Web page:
“How do you measure the size of the job?” Eduardo whispered, talking to himself, but making sure I knew he was thinking.
“We have to make a judgment call here,” I said. “We have to decide if Ron is big enough for the job. But to do that, we have to decide how big the job is.”
Eduardo had never thought about work this way. Measuring the size of a job was a little off-the-wall for him, but I could see in his face that it made sense.
“I am thinking, and your question seems logical, but I don’t have a clue how to really measure something like the size of a job.” Eduardo was still with me, but he was out of ideas.
“Think about when Ron was successful, when he was supervising the work to be done. What was the longest task that he had to accomplish, in terms of time?”
Eduardo was thinking. “Do you mean, that he had to hit his daily production targets?”
“In a sense, but I am guessing, if he was supervising, he was working toward a goal with a longer Time Span than daily production.”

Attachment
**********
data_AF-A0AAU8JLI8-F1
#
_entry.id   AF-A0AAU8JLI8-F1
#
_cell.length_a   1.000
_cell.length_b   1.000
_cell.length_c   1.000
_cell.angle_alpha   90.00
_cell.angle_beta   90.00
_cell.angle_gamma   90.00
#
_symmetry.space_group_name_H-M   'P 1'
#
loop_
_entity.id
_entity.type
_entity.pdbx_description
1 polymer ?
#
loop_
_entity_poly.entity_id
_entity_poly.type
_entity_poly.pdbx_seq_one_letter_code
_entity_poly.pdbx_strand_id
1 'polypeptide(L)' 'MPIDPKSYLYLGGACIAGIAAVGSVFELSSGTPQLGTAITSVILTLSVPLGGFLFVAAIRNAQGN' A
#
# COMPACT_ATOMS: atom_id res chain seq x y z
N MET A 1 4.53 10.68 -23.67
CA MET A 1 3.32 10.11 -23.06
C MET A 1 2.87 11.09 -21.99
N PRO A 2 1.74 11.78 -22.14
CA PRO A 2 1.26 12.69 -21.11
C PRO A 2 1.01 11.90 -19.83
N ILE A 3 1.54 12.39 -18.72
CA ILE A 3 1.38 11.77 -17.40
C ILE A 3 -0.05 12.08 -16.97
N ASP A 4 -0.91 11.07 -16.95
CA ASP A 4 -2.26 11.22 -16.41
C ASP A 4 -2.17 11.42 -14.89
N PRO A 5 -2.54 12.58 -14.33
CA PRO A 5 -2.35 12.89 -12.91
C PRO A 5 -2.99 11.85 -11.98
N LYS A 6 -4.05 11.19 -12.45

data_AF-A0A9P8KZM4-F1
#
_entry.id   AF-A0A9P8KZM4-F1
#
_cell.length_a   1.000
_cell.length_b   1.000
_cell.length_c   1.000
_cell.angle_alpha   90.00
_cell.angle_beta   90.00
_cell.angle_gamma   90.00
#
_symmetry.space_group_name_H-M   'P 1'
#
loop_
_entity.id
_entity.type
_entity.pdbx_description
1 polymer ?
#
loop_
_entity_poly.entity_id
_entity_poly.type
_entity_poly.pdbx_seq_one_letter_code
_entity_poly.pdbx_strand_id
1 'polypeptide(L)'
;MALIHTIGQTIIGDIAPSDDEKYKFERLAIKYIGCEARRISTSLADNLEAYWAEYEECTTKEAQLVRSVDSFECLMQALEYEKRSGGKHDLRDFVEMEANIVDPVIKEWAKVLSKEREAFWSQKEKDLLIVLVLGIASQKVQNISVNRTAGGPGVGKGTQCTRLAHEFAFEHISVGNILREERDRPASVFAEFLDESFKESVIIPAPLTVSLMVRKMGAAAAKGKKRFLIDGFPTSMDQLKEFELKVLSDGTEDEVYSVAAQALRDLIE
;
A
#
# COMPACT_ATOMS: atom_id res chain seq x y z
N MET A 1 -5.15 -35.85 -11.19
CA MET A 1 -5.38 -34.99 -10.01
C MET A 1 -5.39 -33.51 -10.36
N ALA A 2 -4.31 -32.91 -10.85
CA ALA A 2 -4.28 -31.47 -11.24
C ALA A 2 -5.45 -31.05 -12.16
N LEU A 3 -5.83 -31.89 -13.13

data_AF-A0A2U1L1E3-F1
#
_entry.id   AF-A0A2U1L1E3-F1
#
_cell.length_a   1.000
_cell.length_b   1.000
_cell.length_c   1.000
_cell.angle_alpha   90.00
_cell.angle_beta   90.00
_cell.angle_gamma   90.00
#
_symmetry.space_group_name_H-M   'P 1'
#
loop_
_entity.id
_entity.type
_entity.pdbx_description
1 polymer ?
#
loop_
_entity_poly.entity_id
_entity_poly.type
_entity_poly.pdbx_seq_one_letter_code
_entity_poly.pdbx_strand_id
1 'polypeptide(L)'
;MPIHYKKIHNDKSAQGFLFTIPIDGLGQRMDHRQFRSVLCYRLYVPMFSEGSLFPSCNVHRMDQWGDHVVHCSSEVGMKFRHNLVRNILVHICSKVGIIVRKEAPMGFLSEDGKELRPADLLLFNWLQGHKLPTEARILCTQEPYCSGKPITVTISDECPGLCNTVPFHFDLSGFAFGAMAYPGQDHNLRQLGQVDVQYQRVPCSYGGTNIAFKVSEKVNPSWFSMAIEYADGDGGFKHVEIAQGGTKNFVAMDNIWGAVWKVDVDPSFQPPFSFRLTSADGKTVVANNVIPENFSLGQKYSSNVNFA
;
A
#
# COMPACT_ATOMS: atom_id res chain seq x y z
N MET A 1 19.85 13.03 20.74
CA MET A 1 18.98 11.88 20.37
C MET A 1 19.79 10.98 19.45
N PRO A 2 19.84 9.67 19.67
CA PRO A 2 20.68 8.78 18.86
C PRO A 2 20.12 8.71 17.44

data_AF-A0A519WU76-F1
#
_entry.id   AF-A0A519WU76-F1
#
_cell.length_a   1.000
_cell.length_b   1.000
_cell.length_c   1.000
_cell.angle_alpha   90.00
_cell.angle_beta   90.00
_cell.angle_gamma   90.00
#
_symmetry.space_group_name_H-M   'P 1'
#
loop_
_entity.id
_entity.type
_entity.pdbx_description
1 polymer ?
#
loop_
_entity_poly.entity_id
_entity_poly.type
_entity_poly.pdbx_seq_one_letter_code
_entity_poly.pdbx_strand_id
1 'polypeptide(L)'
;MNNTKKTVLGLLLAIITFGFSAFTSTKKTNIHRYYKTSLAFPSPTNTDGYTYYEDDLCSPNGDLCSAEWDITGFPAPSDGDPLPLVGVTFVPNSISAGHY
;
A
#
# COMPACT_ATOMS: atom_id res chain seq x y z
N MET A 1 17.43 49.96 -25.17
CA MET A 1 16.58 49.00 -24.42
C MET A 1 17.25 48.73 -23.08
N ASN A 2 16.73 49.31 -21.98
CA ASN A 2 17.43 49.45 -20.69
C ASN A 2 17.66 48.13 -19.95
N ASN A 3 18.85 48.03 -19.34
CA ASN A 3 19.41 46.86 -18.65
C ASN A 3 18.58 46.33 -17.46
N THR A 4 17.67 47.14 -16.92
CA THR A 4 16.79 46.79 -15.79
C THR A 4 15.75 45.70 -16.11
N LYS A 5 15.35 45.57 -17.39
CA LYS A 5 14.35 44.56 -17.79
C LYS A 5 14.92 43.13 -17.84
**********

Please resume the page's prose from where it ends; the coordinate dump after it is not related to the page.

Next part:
“Well, yeah, I mean Ron was in charge of daily production, but some days were up and some days were off and some days, we shut down production for preventive maintenance. We looked at production on a monthly basis.”
“So every month, he had to hit the same number?”
“Well, no. Some months were up and some months were down. Ron had to work to the sales forecast. There was some seasonality to it, and some of the production orders took more than a month to cycle through. We really looked at things on a quarterly basis.”
“So, the Time Span for Ron’s role as a Supervisor was around three months?”
A light bulb went off in Eduardo’s head. “Time Span? Is Time Span the measure of how big the job is?”
Outbound Air – Levels of Work in Organizational Structure now available on Amazon.